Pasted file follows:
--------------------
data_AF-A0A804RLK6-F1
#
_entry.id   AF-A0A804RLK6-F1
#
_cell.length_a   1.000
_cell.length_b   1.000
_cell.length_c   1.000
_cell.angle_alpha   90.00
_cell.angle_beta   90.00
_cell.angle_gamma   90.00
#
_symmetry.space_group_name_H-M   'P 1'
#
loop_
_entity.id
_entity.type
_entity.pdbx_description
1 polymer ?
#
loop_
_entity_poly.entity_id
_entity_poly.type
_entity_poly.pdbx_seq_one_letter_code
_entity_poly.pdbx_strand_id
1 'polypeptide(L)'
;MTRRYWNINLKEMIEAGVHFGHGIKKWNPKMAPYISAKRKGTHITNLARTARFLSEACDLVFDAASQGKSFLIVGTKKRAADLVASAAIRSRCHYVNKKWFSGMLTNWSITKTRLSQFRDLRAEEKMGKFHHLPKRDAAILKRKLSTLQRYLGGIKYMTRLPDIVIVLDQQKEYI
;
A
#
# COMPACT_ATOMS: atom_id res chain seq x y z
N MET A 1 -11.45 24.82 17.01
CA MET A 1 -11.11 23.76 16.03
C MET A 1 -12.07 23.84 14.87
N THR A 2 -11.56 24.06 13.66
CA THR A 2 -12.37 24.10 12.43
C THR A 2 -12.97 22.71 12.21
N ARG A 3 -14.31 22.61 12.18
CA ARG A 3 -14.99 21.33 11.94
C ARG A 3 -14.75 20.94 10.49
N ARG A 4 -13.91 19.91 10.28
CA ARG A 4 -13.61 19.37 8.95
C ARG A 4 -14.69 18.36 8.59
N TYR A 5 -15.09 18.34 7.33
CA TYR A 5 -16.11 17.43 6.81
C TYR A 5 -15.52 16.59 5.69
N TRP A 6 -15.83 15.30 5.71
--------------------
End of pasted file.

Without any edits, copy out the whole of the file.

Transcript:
data_AF-A0A804RLK6-F1
#
_entry.id   AF-A0A804RLK6-F1
#
_cell.length_a   1.000
_cell.length_b   1.000
_cell.length_c   1.000
_cell.angle_alpha   90.00
_cell.angle_beta   90.00
_cell.angle_gamma   90.00
#
_symmetry.space_group_name_H-M   'P 1'
#
loop_
_entity.id
_entity.type
_entity.pdbx_description
1 polymer ?
#
loop_
_entity_poly.entity_id
_entity_poly.type
_entity_poly.pdbx_seq_one_letter_code
_entity_poly.pdbx_strand_id
1 'polypeptide(L)'
;MTRRYWNINLKEMIEAGVHFGHGIKKWNPKMAPYISAKRKGTHITNLARTARFLSEACDLVFDAASQGKSFLIVGTKKRAADLVASAAIRSRCHYVNKKWFSGMLTNWSITKTRLSQFRDLRAEEKMGKFHHLPKRDAAILKRKLSTLQRYLGGIKYMTRLPDIVIVLDQQKEYI
;
A
#
# COMPACT_ATOMS: atom_id res chain seq x y z
N MET A 1 -11.45 24.82 17.01
CA MET A 1 -11.11 23.76 16.03
C MET A 1 -12.07 23.84 14.87
N THR A 2 -11.56 24.06 13.66
CA THR A 2 -12.37 24.10 12.43
C THR A 2 -12.97 22.71 12.21
N ARG A 3 -14.31 22.61 12.18
CA ARG A 3 -14.99 21.33 11.94
C ARG A 3 -14.75 20.94 10.49
N ARG A 4 -13.91 19.91 10.28
CA ARG A 4 -13.61 19.37 8.95
C ARG A 4 -14.69 18.36 8.59
N TYR A 5 -15.09 18.34 7.33
CA TYR A 5 -16.11 17.43 6.81
C TYR A 5 -15.52 16.59 5.69
N TRP A 6 -15.83 15.30 5.71